We’re counting down the Top Five Most Liberal Movies of All-Time. Click here to read about #5 and #4. But now it’s on to…
3. “The ‘Burbs”
I think of 1989-1991 as Tom Hanks’ magic years – after his breakout role in “Big” and before he started to move away from comedy with “Philadelphia.” Along with “Joe vs. the Volcano,” “Turner and Hooch,” and “Punchline,” “The ‘Burbs” features a virtuoso turn by Hanks, burning bright with the confidence of a comic actor at the top of his game. But “The ‘Burbs” also fits into another cinematic pattern: movies that skewered the vision of a tranquil 1950s suburban fantasy perpetuated by the conservative Reagan administration.
Filmmakers in the 1980s created an industry of nostalgia for the 1950s. Movies like “Diner,” “Stand by Me,” and “Hoosiers” spoke to Americans mired in the difficult choices of adulthood longing for a simpler time. “Grease,” which caricatured the style of the decade perhaps more than any other film, became a hit just before the ’80s began. The lead character in “Dirty Dancing,” a massive 1987 hit, pines for those times “before President Kennedy was shot, before the Beatles came…and I thought I’d never find a guy as great as my Dad.” Even “Superman” used images of an idyllic, small-town upbringing to create the ultimate American hero. President Reagan traded on that imagery, as well, peppering his campaign speeches with language that sought to build up the post-war period in American minds and erase the stain of Vietnam from their hearts. Listening to his speeches, it was if Vietnam and the turmoil of the ‘60s and ‘70s plain never happened. This is from a speech during his 1980 campaign:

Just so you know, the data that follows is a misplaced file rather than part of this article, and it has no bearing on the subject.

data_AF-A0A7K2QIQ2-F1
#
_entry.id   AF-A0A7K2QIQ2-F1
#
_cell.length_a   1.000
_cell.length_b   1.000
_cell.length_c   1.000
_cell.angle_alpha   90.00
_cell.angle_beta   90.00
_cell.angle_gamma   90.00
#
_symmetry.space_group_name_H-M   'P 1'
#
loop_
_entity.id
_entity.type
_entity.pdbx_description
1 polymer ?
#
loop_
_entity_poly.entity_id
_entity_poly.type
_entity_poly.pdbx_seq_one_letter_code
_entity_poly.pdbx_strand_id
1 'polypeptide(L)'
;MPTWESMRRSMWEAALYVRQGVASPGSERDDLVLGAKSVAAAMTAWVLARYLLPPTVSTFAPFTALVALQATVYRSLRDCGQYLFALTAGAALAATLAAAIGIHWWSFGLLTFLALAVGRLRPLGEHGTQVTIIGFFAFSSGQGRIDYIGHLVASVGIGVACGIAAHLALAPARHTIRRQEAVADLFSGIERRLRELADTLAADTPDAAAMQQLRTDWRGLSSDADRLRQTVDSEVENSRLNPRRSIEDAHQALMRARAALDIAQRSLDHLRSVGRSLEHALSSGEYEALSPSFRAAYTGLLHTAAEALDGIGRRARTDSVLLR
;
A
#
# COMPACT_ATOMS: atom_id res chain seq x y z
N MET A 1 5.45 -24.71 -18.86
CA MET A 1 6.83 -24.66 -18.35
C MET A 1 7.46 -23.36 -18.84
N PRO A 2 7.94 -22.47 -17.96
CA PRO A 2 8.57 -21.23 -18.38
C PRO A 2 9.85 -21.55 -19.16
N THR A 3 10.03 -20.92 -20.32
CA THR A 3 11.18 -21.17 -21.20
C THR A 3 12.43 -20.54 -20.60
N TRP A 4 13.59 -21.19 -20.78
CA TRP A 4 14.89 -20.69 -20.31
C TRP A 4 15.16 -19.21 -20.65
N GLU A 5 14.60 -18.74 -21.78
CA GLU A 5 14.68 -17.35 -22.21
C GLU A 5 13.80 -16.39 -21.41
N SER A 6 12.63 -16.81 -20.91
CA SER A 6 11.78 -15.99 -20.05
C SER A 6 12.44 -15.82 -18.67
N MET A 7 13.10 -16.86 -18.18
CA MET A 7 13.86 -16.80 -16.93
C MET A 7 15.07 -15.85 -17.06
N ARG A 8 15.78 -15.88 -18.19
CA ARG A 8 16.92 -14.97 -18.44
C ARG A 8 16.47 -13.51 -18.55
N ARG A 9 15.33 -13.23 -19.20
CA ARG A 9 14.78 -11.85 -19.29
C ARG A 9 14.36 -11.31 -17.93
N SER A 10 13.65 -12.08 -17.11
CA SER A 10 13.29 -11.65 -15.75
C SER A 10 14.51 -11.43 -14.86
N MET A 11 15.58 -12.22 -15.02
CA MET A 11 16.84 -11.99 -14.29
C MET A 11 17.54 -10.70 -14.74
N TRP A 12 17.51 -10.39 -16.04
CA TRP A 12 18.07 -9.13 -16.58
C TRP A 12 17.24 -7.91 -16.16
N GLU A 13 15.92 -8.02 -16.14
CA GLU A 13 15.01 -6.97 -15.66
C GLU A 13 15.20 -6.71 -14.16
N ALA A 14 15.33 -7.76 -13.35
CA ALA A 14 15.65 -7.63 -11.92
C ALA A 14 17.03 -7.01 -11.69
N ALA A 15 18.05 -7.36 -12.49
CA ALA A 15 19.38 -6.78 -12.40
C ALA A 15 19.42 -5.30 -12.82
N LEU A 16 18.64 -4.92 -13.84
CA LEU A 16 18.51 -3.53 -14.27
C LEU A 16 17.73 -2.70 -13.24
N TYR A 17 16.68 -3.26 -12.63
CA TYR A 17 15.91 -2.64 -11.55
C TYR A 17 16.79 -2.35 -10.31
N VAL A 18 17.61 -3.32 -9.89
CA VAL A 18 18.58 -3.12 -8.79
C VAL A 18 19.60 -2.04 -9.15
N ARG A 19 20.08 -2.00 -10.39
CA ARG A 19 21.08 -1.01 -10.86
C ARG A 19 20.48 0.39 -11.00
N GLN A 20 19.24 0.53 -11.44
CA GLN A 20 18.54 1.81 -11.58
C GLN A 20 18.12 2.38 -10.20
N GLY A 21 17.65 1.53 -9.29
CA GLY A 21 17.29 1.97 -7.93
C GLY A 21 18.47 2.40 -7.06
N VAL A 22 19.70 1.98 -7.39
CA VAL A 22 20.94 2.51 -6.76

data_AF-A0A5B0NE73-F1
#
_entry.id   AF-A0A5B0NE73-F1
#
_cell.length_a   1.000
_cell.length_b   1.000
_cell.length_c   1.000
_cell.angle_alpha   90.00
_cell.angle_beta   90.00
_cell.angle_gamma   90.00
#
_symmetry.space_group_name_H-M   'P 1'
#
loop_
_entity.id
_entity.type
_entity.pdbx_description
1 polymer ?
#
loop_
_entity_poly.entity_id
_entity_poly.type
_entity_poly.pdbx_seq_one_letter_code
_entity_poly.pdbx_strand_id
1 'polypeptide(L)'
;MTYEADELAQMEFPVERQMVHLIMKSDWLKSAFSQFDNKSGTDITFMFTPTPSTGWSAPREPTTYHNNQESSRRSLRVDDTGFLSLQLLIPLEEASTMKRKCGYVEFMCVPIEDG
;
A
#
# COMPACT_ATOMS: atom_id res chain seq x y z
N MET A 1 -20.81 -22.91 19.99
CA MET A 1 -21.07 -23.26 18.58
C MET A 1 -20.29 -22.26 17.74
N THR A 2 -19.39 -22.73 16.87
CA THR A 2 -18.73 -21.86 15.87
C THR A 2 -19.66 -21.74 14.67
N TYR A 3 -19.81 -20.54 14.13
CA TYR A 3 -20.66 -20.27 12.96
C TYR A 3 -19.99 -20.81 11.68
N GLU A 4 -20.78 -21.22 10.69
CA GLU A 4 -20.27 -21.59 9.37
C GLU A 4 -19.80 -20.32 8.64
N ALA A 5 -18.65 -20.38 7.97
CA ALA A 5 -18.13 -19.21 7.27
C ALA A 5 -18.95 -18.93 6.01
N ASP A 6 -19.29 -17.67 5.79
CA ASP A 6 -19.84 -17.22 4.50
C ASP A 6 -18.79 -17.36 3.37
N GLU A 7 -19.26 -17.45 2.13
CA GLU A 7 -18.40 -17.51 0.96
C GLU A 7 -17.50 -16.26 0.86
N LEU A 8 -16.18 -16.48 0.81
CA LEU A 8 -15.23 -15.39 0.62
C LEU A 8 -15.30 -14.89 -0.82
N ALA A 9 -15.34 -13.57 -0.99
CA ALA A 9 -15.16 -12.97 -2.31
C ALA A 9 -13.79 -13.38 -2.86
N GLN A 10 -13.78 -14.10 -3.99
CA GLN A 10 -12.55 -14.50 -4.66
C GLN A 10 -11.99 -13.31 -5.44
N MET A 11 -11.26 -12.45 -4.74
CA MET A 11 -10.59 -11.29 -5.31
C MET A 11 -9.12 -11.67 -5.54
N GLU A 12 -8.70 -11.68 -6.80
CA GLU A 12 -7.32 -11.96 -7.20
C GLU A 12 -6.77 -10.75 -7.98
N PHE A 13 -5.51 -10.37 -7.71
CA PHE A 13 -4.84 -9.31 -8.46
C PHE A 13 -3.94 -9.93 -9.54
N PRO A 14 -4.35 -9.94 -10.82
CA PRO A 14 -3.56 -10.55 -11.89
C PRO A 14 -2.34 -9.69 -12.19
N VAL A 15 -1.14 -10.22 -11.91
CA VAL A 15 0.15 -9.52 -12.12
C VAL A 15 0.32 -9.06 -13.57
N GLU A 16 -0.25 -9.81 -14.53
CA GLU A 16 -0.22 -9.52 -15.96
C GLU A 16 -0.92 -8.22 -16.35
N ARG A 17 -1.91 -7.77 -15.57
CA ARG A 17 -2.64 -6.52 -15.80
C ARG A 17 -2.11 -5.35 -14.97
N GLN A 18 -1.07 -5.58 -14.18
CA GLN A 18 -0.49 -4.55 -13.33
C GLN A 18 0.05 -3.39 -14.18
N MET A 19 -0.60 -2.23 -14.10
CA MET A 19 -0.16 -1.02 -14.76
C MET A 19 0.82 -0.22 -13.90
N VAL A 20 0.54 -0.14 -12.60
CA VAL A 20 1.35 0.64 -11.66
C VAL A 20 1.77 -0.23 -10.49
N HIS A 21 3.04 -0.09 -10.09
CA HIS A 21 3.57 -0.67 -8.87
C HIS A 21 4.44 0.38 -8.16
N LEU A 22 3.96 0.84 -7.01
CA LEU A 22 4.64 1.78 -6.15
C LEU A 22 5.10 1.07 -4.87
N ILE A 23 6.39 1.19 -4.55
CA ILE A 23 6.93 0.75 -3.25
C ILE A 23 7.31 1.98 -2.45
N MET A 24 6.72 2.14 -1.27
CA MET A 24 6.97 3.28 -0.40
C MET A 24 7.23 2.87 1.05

Not so long ago, we emerged from a world war. Turning homeward at last, we built a grand prosperity and hopes, from our own success and plenty, to help others less fortunate. Our peace was a tense and bitter one, but in those days, the center seemed to hold.
With the nostalgia business booming, a quiet, subversive backlash emerged in film. “Blue Velvet” showed a seedy underbelly to the idyllic suburban existence, portrayed literally in the film’s opening sequence in which the camera lingers on a calm, suburban street, only to dive beneath the ground to find grubs and insects battling to survive. “Back to the Future” hinted at the twisted, Freudian impulses that lay beneath Reagan’s false vision for America.